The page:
Joe’s family couldn’t afford a full-time art education for their son, so he learned it from second-hand anatomy books, often working until 2:00 or 3:00 in the morning. He learned something from every job he did and every artist with whom he worked.
“I remember Dan Barry telling me if I thought a job was finished, go back to it. And he would show me how to improve it.”
Soon, Giella found himself knocking on Timely’s (precursor of Marvel) doors in order to find a staff position. It took persistence, but he was rewarded with his first freelance assignment by then-editor Stan Lee. “Mike Sekowsky was already on staff and promised Stan that he would ‘take care of the kid.”
However, on the way home, Joe lost the pages he was supposed to ink–a disaster for any artist, let alone a new one. “No-one slept that night in the Giella home. Mike kindly repencilled the pages and I inked them, and I was rewarded with a staff position in the bullpen. I worked on [characters] like The Human Torch, Sub-Mariner and Captain America, over Syd shore pencils. I would do anything they offered: touch-up work, background art, inking or redrawing. Because of this, I decided to focus on inking instead of pencilling. What I once admired as a young man, I was now working on the same books!”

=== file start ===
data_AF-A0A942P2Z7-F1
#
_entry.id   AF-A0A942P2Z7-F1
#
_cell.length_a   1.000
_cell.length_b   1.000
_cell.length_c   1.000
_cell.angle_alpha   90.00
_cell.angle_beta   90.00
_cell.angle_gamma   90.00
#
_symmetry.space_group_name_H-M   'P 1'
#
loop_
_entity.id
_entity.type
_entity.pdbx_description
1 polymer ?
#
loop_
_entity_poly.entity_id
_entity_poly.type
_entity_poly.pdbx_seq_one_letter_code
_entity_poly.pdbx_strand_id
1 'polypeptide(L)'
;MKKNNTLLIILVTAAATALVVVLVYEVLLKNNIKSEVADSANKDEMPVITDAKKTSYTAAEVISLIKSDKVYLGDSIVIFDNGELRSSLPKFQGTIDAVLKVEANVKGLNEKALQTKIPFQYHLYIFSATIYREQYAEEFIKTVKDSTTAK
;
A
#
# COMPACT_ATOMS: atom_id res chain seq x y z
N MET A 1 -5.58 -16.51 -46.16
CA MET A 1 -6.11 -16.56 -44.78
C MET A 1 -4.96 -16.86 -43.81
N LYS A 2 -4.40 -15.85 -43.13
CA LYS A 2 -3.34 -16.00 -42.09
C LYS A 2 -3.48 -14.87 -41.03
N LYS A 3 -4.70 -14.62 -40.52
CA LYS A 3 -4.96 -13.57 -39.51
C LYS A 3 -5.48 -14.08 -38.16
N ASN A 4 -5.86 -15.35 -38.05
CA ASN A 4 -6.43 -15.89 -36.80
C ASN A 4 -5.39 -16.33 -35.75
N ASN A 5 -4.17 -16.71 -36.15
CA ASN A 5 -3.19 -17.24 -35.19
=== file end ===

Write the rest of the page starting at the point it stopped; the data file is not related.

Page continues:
Giella also worked on Timely’s line of romance/teen books like “Patsy Walker,” “Nellie the Nurse” and “Millie The Model” with Mike Sekowsky and Stan Goldberg.
While at Timely, Giella met Frank Giacoia on the train platform and the two hit it off. “Giacoia became my best friend. He was the best man at my wedding, and he even lived only a few miles away from me. For years, when he called, I always lent a hand to help him out.”
When Giacoia moved from Timely to DC, he also persuaded Giella to move to the higher-paying company as well. “Of course, with Sekowsky over at DC too, that helped convince me to make the move.”